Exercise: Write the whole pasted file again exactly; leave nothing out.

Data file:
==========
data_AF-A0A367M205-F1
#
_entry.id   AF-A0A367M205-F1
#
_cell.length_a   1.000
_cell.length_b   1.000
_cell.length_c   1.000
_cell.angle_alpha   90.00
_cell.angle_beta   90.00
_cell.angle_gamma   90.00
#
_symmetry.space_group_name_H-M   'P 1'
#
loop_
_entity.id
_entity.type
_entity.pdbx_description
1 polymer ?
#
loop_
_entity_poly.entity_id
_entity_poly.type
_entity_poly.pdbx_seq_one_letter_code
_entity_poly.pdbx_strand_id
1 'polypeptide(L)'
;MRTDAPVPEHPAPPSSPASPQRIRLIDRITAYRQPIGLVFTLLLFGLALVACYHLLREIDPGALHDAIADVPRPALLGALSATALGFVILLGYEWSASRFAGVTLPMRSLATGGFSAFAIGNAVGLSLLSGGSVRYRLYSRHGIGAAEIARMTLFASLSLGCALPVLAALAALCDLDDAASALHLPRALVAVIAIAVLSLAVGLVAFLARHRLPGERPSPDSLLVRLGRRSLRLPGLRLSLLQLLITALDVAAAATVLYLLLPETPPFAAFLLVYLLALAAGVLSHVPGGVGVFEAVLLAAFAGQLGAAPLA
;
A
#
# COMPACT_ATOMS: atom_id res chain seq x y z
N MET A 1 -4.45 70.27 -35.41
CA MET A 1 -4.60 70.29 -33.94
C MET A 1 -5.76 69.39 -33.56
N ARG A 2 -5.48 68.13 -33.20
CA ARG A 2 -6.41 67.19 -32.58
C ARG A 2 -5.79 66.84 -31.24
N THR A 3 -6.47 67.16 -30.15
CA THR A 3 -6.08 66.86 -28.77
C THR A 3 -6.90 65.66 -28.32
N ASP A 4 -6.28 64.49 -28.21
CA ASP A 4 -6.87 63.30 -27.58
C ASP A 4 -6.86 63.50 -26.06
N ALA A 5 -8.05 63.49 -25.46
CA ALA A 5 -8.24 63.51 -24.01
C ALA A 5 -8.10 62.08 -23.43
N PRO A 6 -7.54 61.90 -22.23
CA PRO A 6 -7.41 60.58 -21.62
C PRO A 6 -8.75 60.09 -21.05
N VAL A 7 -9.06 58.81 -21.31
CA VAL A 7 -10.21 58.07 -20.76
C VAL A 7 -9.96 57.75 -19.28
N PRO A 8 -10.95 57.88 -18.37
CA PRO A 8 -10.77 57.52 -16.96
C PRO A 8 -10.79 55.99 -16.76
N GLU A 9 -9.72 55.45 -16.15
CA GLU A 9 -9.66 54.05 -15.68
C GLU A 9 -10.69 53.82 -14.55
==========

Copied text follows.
data_AF-A0A367M205-F1
#
_entry.id   AF-A0A367M205-F1
#
_cell.length_a   1.000
_cell.length_b   1.000
_cell.length_c   1.000
_cell.angle_alpha   90.00
_cell.angle_beta   90.00
_cell.angle_gamma   90.00
#
_symmetry.space_group_name_H-M   'P 1'
#
loop_
_entity.id
_entity.type
_entity.pdbx_description
1 polymer ?
#
loop_
_entity_poly.entity_id
_entity_poly.type
_entity_poly.pdbx_seq_one_letter_code
_entity_poly.pdbx_strand_id
1 'polypeptide(L)'
;MRTDAPVPEHPAPPSSPASPQRIRLIDRITAYRQPIGLVFTLLLFGLALVACYHLLREIDPGALHDAIADVPRPALLGALSATALGFVILLGYEWSASRFAGVTLPMRSLATGGFSAFAIGNAVGLSLLSGGSVRYRLYSRHGIGAAEIARMTLFASLSLGCALPVLAALAALCDLDDAASALHLPRALVAVIAIAVLSLAVGLVAFLARHRLPGERPSPDSLLVRLGRRSLRLPGLRLSLLQLLITALDVAAAATVLYLLLPETPPFAAFLLVYLLALAAGVLSHVPGGVGVFEAVLLAAFAGQLGAAPLA
;
A
#
# COMPACT_ATOMS: atom_id res chain seq x y z
N MET A 1 -4.45 70.27 -35.41
CA MET A 1 -4.60 70.29 -33.94
C MET A 1 -5.76 69.39 -33.56
N ARG A 2 -5.48 68.13 -33.20
CA ARG A 2 -6.41 67.19 -32.58
C ARG A 2 -5.79 66.84 -31.24
N THR A 3 -6.47 67.16 -30.15
CA THR A 3 -6.08 66.86 -28.77
C THR A 3 -6.90 65.66 -28.32
N ASP A 4 -6.28 64.49 -28.21
CA ASP A 4 -6.87 63.30 -27.58
C ASP A 4 -6.86 63.50 -26.06
N ALA A 5 -8.05 63.49 -25.46
CA ALA A 5 -8.24 63.51 -24.01
C ALA A 5 -8.10 62.08 -23.43
N PRO A 6 -7.54 61.90 -22.23
CA PRO A 6 -7.41 60.58 -21.62
C PRO A 6 -8.75 60.09 -21.05
N VAL A 7 -9.06 58.81 -21.31
CA VAL A 7 -10.21 58.07 -20.76
C VAL A 7 -9.96 57.75 -19.28
N PRO A 8 -10.95 57.88 -18.37
CA PRO A 8 -10.77 57.52 -16.96
C PRO A 8 -10.79 55.99 -16.76
N GLU A 9 -9.72 55.45 -16.15
CA GLU A 9 -9.66 54.05 -15.68
C GLU A 9 -10.69 53.82 -14.55